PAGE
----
Cincinnati Area Art Tour
Learn about the lives of local artists like Frank Duveneck and Stephen C. Foster. Visit the Cincinnati area's notable fine arts centers.
Built in 1878, Music Hall is Cincinnati’s premier classical music hall. It is considered one of the best and most beautiful theaters in the world and it was designated a National Historic Landmark in 1975. It is a home for the Cincinnati Symphony Orchestra, the Cincinnati Pops Orchestra, the Cincinnati Opera, the Cincinnati Ballet, and the May festival.
The Cincinnati Art Museum was founded in 1881 at a time when art museums for the public were much less common then they are today. Following its official opening in 1885, it became known throughout the world as "The Art Palace of the West." Over the years it has acquired thousands of diverse pieces by way of donations. The museum offers a number of programs open to the public as well as access to the relatively new Mary R. Schiff Library and Archives.
Housed in the Baum-Longworth-Sinton-Taft House, the Taft Museum of Art hosts traveling exhibitions that tend to focus on American art and history. As a result, the Taft Museum complements the works and collections on display at the nearby Cincinnati Museum of Art. The building that houses the museum is itself a work of art and an important piece of American history. Built in 1820 for Martin Baum, it is the area’s oldest residential wooden building still in its original location. The museum’s co-founder, Anna Sinton Taft, lived in the mansion with her husband Charles Phelps Taft—half-brother of President William Howard Taft—from 1837 until their deaths in 1929 and 1931, respectively. In 1927, the Tafts passed their home and private art collection to the people of Cincinnati. The house opened as the Taft Museum in 1932.
This marker commemorates the brief and tragin life of Stephen C. Foster (1826-1864) who became America's first professional songwriter. Some even consider Foster as the "father of American music" owing to his creation of uniquely American melodies such as "Camptown Races" and "My Old Kentucky Home." Although many of his songs featured nostalgia for the American South, Foster was a northerner who only crossed the Mason-Dixon Line one time in his thirty-eight years of life. He lived in a house at this location between 1846-1850. His songs were inspired by the work of Dan Rice, a white performer who rose to fame by painting his face black and performing bufoonish rituals meant to unite his white audience and reinforce their belief that they were superior to African Americans. Many of Foster's lyrics reflected the orientation of Rice's performances. And while American audiences continue to sing Foster's songs, it is important to note that some of the lyrics have been altered to remove their explicitly racist message.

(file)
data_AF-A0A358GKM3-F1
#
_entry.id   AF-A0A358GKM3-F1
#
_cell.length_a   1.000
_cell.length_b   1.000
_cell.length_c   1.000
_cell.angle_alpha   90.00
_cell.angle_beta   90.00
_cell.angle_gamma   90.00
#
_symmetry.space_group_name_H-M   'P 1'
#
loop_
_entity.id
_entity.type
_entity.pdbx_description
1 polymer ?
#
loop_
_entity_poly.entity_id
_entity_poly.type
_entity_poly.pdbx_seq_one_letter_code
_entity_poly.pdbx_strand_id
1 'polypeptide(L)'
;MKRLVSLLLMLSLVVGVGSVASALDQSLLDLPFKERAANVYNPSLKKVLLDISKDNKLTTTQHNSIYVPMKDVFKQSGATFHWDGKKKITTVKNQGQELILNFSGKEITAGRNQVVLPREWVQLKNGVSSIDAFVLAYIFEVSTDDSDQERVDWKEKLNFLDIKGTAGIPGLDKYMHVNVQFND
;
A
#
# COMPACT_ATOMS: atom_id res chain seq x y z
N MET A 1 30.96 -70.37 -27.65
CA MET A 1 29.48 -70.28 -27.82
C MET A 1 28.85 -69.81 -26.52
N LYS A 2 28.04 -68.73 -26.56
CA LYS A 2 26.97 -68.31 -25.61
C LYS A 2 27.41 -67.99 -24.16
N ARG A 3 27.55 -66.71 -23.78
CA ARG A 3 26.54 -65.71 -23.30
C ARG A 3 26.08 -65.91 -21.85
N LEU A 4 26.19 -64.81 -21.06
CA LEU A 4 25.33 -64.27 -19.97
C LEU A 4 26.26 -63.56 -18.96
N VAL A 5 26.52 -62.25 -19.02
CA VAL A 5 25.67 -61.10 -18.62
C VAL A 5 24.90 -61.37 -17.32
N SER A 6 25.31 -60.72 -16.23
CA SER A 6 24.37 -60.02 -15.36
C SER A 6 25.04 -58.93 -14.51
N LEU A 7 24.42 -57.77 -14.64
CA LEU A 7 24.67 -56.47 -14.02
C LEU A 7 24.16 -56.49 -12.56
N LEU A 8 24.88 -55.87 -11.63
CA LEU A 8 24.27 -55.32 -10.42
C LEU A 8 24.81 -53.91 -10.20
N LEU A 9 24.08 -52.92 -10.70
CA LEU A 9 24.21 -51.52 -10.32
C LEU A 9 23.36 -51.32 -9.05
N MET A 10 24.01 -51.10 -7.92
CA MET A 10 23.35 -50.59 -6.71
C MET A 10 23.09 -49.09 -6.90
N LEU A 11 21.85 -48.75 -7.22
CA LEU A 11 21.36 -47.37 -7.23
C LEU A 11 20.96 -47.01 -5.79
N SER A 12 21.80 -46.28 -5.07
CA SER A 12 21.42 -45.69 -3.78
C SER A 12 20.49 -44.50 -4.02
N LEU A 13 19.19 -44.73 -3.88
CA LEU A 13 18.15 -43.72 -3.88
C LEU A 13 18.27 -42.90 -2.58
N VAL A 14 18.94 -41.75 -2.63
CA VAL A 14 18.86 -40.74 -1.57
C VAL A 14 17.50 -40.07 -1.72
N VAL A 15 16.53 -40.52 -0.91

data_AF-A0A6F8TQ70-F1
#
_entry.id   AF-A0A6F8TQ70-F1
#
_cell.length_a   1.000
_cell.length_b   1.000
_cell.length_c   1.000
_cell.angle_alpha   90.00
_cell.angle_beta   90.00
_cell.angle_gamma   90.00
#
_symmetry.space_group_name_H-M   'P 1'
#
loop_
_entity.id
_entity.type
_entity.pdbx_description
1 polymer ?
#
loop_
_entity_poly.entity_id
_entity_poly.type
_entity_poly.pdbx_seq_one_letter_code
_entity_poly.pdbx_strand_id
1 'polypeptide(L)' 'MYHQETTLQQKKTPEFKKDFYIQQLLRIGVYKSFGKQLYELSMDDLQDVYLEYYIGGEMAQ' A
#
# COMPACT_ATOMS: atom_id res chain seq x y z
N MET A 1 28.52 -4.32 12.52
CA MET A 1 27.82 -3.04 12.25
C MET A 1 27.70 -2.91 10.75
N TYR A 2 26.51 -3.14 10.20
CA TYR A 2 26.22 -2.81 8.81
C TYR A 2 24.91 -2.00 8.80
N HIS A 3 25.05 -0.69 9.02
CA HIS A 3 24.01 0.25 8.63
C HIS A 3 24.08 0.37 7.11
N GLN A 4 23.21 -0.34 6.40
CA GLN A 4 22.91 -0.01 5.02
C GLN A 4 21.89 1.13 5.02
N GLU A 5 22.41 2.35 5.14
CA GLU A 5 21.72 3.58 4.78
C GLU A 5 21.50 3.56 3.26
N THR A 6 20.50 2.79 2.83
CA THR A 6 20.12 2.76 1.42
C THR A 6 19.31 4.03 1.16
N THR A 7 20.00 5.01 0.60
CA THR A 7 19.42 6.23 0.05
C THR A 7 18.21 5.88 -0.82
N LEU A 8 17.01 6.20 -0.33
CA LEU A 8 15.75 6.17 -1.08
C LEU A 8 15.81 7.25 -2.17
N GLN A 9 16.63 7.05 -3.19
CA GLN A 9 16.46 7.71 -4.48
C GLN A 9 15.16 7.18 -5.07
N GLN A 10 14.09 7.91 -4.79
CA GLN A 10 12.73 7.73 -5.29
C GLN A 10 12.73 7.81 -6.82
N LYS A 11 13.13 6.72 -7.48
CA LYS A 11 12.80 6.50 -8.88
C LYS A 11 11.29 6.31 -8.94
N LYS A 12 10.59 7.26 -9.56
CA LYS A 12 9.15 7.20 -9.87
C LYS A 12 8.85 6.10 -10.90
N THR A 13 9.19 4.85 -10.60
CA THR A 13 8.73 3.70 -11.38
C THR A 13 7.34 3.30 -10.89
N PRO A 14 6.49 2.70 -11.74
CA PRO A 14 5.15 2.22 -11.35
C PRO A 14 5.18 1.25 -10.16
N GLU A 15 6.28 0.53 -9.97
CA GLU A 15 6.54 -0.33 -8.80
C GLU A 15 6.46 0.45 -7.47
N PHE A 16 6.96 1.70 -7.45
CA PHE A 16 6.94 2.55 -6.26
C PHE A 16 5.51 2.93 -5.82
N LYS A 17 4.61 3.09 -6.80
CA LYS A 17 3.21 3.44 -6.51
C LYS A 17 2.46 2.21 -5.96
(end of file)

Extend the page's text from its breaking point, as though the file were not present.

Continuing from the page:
Officially called the Lois & Richard Rosenthal Center for Contemporary Art, the center opened in 2003. Designed by the late Zaha Hadid, the New York Times declared it to be the "the best new building since the Cold War.” It features 16,000 square feet of exhibition space, another exhibition, and educational space called the "UnMuseum.” It also offers musical concerts, theatrical performances, artist talks, workshops, and school programs.
Convington's Frank Duveneck House and Studio was the home of the notable American Realism painter for 58 years. The home, now in disrepair served as Duveneck’s childhood and adult home and eventually became his art studio. Duveneck is often credited with helping bring the artistic style Realism to the United States after studying in Munich under German portraitist Franz von Lenbach. Duveneck is known also for his contributions to the arts in the region as he supported other local artists and taught art courses in the area despite having offers from major schools in other regions. The Duveneck House and Studio were added to the National Register of Historic Places in 2015.
William Behringer was a world traveler and collected many things in his lifetime. The museum opened in 1950 to showcase many of interesting finds Behinger had collected from various animals to American Indian artifacts. The museum now serves to preserve regional history in the Ohio River Valley. It is located in DeVou Park.